Wednesday, September 23, 2015

Mbarara University innovations near commercialisation

By Esther Nakkazi

In August, every year, I travel to Mbarara University of Science and Technology (MUST) to attend the annual Medtech Hack-a-thon. This year it was the second time and as always it was impressive.

At a Hack-a-thon there is both physical and virtual space to accommodate robust pipeline technologies. Hack-a-thons are a new way of coming up with innovations which offer healthcare solutions that are commercially viable.

Most of the participants at the MUST Hack-a-thon are usually students from the various Universities in Uganda. This time the Hack-a-thon was attended by over 220 participants from over 30 universities and organisations across Africa, North America and Asia. A total of 47 teams presented novel technologies that addressed critical health care problems.

The 2015 hack-a-thon awarded $3,000 USD (10.5 Million UGX) in prize money to winners. Others sponsored for the event were Uganda Communications Commission (UCC) and Africell.

Events like Hack-a-thons ‘emancipate fear from young people who also become better thinkers,” said Professor Frederick Kayanja, the former Vice Chancellor, MUST.

He also recognised that innovations raise the profile of a University just as they are crucial to solving Africa’s problems because ‘the beneficiaries are all those who will be patients at one time or another’ which is all of us at some point.

Team MOSES or Mechanically Operated Suction and Evacuation System, a low-cost suction device used in medical facilities where electricity and traditional suction pumps are not reliable or readily available, won the first place and took $1,000 USD.

“Our win at the hack-a-thon was very unexpected but came as a direct result of he environment that CAMTech creates at their events,” said Bharadwaj Swarna, a member of the team MOSES.

“We were able to work with two doctors on our team who provided great mentorship and real-world insight. It’s all about the people that Consortium for Affordable Medical Technologies (CAMTech) brings together at each hack-a-thon that really creates value and helps us build great products.”

Team Vein Finder, a low-cost tool that uses infrared light to improve the visibility of veins and assists clinicians with treating infant cannulation was the first Runner-Up with $750 USD.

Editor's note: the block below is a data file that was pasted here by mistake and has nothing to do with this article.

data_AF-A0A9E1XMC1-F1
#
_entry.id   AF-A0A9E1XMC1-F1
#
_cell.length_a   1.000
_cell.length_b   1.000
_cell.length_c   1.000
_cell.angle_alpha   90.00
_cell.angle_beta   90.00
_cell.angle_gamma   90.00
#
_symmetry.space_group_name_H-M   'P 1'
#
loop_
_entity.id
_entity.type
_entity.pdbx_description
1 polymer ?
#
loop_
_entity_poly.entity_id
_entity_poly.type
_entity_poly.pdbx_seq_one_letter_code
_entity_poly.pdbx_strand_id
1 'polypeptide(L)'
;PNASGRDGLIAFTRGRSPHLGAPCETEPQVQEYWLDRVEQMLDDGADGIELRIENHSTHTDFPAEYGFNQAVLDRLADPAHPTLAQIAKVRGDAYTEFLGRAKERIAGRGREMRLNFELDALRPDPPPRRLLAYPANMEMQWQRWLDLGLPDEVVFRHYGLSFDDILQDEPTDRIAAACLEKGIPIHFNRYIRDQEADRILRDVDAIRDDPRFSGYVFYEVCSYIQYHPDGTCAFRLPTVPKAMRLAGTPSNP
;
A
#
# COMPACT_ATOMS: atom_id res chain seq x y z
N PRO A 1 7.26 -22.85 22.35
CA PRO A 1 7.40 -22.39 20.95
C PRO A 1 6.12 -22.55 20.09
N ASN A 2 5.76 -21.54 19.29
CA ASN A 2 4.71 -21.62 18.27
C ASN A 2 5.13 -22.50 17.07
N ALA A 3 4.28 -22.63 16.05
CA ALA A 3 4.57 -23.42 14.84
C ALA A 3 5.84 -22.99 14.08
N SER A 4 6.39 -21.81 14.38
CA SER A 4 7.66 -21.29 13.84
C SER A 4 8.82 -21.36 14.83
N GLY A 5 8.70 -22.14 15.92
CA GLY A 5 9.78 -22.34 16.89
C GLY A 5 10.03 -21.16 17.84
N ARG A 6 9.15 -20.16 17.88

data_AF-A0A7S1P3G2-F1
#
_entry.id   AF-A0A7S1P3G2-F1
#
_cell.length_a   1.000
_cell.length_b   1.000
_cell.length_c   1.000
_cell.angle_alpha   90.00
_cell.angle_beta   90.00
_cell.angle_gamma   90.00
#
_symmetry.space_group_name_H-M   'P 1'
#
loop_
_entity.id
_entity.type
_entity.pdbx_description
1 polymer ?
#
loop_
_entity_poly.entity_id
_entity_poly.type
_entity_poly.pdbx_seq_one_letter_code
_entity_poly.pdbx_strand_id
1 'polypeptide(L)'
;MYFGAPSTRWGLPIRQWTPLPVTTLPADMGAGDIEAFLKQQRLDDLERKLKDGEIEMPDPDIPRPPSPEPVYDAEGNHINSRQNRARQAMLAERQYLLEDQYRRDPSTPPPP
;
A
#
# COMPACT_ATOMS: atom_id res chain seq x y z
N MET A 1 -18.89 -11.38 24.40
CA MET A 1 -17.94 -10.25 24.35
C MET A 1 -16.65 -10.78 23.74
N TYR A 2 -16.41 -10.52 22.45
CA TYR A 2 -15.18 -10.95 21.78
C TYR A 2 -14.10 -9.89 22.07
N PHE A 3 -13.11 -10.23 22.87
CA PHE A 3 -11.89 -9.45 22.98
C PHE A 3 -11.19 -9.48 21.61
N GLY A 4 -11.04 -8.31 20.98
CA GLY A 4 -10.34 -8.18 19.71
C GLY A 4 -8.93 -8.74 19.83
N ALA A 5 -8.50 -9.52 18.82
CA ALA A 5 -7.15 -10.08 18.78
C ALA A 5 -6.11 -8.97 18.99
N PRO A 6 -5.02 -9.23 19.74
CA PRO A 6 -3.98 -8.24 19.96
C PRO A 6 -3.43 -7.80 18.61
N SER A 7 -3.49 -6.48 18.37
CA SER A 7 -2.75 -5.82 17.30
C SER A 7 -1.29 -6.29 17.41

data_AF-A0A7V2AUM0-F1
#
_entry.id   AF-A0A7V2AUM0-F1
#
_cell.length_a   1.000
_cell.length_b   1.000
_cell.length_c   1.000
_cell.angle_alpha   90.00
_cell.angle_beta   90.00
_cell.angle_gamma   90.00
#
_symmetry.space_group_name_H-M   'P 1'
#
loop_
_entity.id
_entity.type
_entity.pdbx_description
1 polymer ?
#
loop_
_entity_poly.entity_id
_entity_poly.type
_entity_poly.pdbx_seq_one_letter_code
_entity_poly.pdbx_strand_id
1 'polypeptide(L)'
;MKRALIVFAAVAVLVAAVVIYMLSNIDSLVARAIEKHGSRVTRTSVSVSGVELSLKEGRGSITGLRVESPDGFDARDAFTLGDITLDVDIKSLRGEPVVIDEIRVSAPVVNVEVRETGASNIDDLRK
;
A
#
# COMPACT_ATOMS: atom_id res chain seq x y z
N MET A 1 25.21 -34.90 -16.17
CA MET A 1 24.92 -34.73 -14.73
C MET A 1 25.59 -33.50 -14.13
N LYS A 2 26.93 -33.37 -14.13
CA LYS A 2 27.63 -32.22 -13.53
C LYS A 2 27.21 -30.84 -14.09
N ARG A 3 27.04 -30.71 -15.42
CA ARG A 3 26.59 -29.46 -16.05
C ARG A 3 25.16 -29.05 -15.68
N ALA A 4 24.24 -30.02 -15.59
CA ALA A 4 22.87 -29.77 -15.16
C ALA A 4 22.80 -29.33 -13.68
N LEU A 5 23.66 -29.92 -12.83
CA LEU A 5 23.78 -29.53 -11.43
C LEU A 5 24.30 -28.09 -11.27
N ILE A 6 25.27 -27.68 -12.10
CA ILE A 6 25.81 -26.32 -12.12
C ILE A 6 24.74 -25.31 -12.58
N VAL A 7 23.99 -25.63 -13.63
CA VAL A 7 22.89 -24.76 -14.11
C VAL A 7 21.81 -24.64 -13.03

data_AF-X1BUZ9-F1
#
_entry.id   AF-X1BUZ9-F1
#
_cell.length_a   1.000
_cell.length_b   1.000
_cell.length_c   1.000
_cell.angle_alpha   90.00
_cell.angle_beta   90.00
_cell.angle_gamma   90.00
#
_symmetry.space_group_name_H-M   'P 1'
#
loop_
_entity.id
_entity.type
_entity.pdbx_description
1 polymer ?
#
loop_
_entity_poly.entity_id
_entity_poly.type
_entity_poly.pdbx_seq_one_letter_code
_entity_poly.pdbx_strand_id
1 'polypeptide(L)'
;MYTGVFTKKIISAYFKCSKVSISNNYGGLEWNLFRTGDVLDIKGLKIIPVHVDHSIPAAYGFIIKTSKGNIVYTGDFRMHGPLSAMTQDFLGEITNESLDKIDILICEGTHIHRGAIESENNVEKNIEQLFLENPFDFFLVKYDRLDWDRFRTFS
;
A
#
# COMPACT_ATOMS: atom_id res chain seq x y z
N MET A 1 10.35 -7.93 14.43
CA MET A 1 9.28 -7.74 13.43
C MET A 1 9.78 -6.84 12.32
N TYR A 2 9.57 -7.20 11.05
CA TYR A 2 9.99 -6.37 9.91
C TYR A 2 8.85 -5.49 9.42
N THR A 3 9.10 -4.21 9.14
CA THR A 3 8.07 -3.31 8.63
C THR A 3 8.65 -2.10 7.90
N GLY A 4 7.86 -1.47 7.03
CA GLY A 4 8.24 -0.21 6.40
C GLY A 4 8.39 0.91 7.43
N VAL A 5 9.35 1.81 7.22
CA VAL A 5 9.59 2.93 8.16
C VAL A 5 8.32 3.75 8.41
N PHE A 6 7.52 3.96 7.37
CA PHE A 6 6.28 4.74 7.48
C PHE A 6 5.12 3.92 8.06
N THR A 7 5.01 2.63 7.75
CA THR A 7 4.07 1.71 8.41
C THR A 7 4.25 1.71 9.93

Team Medicare, an e-system that uses a mobile platform to enable patients needing emergency care to communicate quickly and effectively with nearby hospitals and that also provides health information to the general public was second and won $500 USD.

Team Haem, had an easy to use calibrated patient mat (mama mat) that helps to reduce the occurrence of maternal haemorrhaging and took home $250 USD.

“I am extremely impressed. For me this is the way to go. As a country we should connect innovation to industry to business,” said Julius Ecuru, the Assistant executive secretary at the Uganda National Council for Science and Technology (UNCST).

This is where it all starts at a Hack-a-thon and to the co-creation lab, said Echuru.

At this Hack-a-thon we also learnt about the two innovations near to commercialisation at the in co-creation laboratory at the Mbarara University run by CAMTech Uganda which will improve health in Uganda and globally.

The locally hand sanitiser, the Sani drop and the Augmented Infant Resuscitator (AIR) are near to commercialisation. The AIR’s lead innovator, Dr. Data Santorino, also a lecturer at MUST and the head of CAMTech Uganda said the AIR is a game changer that will show the rate of breathing, situation of the seal, of the airway, not only of new borns but also has secondary uses like it can be used in an ambulance for patients who have breathing problems.

Dr. David Bangsberg, a professor at Harvard University who is also the director, Centre for Global Health at Mass General Hospital (MGH) said the AIR will not only solve a local health problem but has a big market in the US and Europe.

The hand sanitiser offers a solution for the hand washing problem also gives health workers in hospitals cleaner hands to keep them from getting bacteria and transferring them to mothers who have just delivered.

Hospitals could be places of healing but many bacteria enter the women’s body during delivery, the use of non-sterile instruments or unclean hands during dilation introduces bacteria into the body.

This causes postpartum sepsis sometimes referred to as blood poisoning are the sixth-leading cause of death among new mothers, according to the World Health Organization (WHO). It is the second leading cause of maternal mortality in Uganda.

Dr. Data said the Sani drop hand sanitiser will not replace water and soap but for health workers who typically see one patient and have to walk across the room to wash their hands it is very helpful.

The Sani drop has the potential to kill 99 percent of germs and has the potential of keeping away hospital acquired infections, explained Dr. Data.

Different from other hand sanitisers on the Uganda market, its non sticky, does not make the hands dry, colourless and its smell disappears from the users’ hands in just 30 seconds. It does what all the others do kill germs.

Dr. Bangsberg said the team of innovators at Mbarara University and CAMTechMGH are now moving towards production and doing market research to find out the best price for it.

Both of these innovations, the AIR and the Sani drop, were conceived at Hack-a-thons which remains the spark. Here teams come up with solutions to global health problems, they develop a prototype with a business model to scale the products and present to judges.

I hope more higher institutions of learning in Uganda adopt this model.


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